Wednesday, June 29, 2011

Back To The Flint On Friday

This Friday is the next new moon, so we'll be back at the Flint in the morning to run driftnets. We'll also net more darters for Kara's project. She looked at about 20 each banded and black darters from June, and found very few gill parasites, slightly more in the bandeds. These are the two most common darter species at this site on the Flint, and it's reinforcing my growing conviction that the most common darter species in local streams will have fewer gill parasites than rarer species. This is certainly the case in Estill Fork, where the very common Tennessee snubnoses have very few parasites while the less common rainbows, fantails, stripetails and redlines have a lot more parasites.

I'm also curious to seine in the Flint in the deeper flowing pool below the riffles we usually sample to look for more silver shiners. The species prefers such areas below riffles, so hopefully we can find more of this species in this area. The Ichthyology class might go back and look for this too, in two weeks.

Wednesday, June 22, 2011

Apparently A New Species Record In The Flint River

I took the Ichthyology class out to the Flint River yesterday to sample fishes. We found two species that I've never seen there before. One, the Bigeye Chub, is not a big surprise to find there. The other, which is still only a tentative ID, is the Silver Shiner, Notropis photogenis. Silver Shiners are fairly common just north of here in Tennessee but there are few recent records of them in the northern tributaries to the Tennessee River, mostly from Shoal Creek. Yesterday we netted four of these fish in the Flint. It's possible that they're Emerald Shiners. I'm going to send two of them to Dave Neely for a second ID opinion. There is no record of the species in the Flint, so that would be an interesting range extension. The picture below is big, so it can be easily enlarge for a closer look.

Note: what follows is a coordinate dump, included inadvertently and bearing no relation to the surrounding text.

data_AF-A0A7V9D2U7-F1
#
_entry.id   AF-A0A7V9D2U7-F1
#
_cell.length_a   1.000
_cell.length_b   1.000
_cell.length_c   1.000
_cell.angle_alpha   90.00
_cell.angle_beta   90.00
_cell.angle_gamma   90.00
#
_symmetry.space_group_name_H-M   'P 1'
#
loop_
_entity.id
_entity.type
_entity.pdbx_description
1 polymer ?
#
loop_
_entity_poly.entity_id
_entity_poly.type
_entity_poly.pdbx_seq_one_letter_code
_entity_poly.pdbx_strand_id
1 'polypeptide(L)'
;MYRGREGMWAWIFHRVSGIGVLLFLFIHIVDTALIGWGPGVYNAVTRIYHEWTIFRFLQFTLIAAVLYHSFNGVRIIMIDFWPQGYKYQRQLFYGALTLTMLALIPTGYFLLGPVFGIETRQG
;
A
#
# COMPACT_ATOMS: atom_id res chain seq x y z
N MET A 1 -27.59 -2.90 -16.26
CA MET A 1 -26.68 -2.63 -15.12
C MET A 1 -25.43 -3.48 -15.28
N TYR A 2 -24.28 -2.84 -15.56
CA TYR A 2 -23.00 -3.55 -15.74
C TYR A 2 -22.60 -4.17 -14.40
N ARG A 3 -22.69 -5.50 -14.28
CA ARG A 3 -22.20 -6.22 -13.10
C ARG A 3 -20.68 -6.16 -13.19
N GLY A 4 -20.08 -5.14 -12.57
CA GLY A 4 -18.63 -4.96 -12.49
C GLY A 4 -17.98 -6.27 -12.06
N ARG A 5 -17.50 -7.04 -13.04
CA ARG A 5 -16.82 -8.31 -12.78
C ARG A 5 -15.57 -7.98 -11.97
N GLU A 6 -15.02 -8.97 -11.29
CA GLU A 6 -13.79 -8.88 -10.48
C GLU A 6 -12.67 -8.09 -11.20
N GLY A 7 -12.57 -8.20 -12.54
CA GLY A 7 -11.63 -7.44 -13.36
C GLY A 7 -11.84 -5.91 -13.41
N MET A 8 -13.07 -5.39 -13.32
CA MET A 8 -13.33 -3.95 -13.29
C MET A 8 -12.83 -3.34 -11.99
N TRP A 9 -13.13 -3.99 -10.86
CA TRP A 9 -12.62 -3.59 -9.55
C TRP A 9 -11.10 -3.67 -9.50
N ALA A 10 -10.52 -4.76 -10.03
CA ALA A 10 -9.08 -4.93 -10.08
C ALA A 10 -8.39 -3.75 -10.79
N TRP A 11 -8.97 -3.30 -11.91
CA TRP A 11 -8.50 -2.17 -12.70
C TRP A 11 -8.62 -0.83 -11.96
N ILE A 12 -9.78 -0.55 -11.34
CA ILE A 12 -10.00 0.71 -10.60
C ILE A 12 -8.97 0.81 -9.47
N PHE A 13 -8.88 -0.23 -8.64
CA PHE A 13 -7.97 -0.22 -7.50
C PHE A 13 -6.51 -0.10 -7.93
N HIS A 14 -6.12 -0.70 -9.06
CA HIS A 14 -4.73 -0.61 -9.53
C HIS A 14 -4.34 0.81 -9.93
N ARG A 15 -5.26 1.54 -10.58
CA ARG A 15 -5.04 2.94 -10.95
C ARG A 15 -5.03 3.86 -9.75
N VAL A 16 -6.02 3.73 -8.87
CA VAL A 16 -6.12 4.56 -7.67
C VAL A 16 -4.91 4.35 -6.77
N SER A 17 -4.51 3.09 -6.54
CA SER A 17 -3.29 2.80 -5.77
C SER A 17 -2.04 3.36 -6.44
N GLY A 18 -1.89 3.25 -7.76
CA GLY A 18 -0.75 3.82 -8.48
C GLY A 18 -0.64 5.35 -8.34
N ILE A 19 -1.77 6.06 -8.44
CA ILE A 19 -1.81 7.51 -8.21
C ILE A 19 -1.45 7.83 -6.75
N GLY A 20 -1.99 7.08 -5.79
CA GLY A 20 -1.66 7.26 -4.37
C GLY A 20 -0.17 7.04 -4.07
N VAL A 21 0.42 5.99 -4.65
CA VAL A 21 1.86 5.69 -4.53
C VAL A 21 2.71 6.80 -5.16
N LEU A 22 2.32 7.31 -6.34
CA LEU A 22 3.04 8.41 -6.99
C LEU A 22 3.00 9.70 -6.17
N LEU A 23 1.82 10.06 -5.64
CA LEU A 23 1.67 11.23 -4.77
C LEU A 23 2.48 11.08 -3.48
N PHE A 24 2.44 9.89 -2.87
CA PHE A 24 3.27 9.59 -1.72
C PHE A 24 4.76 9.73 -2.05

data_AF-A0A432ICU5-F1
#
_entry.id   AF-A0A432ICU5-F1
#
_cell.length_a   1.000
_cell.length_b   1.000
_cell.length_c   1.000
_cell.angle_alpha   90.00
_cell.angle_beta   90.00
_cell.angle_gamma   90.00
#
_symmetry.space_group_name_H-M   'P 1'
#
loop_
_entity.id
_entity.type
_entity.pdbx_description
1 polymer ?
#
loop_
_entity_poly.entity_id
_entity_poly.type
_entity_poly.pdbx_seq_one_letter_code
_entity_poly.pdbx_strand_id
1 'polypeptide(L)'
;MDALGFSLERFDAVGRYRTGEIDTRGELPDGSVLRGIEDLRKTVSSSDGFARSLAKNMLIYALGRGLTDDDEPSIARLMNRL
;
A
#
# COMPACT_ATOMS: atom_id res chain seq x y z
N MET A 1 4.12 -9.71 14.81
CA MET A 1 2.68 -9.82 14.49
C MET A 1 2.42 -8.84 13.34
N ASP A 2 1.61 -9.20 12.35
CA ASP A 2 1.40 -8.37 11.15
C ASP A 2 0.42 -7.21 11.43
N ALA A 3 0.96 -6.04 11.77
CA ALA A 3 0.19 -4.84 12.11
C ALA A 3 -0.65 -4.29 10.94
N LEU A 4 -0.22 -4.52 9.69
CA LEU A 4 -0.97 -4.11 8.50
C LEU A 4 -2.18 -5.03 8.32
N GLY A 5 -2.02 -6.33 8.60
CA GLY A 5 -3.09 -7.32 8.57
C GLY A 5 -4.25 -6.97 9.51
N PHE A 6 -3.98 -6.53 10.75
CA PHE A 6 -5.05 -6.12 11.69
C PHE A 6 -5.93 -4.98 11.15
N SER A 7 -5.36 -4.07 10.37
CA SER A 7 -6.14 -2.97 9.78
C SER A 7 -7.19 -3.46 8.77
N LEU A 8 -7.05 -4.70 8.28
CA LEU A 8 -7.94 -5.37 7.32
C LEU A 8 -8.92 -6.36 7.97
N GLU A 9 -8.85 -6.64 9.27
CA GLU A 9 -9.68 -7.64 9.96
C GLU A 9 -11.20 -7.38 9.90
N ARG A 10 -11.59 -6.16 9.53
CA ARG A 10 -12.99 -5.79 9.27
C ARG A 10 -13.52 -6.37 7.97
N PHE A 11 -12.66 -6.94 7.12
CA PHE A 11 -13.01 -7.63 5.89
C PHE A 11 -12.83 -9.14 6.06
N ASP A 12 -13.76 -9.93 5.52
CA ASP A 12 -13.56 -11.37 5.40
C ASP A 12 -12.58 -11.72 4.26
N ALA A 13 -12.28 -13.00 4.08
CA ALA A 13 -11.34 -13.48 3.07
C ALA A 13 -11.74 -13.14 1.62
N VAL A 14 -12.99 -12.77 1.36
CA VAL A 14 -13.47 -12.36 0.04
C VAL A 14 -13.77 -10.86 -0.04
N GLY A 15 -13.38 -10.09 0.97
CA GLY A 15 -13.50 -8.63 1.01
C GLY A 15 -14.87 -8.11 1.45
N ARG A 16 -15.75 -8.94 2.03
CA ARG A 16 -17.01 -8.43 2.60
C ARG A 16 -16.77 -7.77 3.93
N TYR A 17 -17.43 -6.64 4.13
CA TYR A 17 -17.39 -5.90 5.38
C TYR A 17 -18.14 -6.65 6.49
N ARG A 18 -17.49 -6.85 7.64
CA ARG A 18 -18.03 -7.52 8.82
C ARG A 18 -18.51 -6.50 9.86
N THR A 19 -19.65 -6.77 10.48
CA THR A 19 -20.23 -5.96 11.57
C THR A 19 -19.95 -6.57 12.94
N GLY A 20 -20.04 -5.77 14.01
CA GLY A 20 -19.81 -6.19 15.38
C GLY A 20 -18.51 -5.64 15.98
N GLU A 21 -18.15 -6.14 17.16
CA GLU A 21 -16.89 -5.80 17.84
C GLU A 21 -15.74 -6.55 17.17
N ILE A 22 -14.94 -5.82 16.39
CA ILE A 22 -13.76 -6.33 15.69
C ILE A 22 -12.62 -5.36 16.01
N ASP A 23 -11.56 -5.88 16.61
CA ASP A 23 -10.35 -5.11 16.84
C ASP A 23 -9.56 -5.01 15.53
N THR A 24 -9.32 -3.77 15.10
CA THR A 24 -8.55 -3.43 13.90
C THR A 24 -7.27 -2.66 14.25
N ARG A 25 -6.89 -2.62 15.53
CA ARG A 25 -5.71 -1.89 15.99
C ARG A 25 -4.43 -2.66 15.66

Sunday, June 19, 2011

Rainy Day At The Flint

We went out Friday morning to do transects at the Flint River site. The river was way low, and we worked in intermittent rain with thunder rolling to our south. We found fewer darters than usual, even with low water, because much of the riffle site is now covered with thick wads of green filamentous algae. My working theory is that this stuff blocks water flow at the bottom of the stream, where darters live and catch food, and the fish leave rather than hang around with this obstruction. The stuff is disgusting. We found the species pretty well separated from each other: the black snubnoses were in shallow, slightly flowing water and in some of the emergent vegation; stripetails were pretty much in that niche, and somewhat out in deeper water; bandeds were in their typical midstream fast water sites; and redlines were largely absent from the main channel, but were very common in an isolated side channel with fast shallow water over cobble and boulder substrate. This time we netted no rainbows or greensides, which was odd. I'm also confident now that the occasional Cyprinella shiners we net are Spotfin Shiners, not really a surprise. In the picture below are Eric, Brian and Alex as we prepare to hit the water. You can see some of the algae crud as streaks in the center of the river.

Thursday, June 16, 2011

I Finally Have Fundulus DNA Sequences